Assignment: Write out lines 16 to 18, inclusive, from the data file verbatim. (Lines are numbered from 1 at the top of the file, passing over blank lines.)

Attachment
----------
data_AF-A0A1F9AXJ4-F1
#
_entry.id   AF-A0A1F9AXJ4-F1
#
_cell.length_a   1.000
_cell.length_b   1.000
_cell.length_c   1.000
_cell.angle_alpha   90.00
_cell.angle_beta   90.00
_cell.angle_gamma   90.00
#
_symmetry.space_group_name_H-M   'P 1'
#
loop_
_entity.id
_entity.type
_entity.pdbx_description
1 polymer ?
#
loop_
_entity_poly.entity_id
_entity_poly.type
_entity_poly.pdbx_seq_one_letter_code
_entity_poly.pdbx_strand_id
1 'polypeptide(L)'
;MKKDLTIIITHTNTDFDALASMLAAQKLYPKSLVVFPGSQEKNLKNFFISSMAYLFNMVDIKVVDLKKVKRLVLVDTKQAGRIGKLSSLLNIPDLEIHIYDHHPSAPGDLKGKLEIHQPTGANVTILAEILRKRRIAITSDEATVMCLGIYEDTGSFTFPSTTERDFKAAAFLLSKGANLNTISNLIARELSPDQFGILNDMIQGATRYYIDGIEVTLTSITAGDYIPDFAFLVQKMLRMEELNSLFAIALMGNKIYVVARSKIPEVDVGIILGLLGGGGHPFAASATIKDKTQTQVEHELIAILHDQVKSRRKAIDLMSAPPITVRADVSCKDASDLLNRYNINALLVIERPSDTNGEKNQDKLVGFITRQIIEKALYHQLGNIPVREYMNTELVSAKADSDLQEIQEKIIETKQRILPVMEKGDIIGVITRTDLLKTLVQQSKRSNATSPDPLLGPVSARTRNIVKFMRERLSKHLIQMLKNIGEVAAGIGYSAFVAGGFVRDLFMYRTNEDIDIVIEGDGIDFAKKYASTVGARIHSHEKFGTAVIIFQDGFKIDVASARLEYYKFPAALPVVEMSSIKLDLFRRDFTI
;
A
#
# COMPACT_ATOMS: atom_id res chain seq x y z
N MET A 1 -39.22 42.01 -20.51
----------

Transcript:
_entity.type
_entity.pdbx_description
1 polymer ?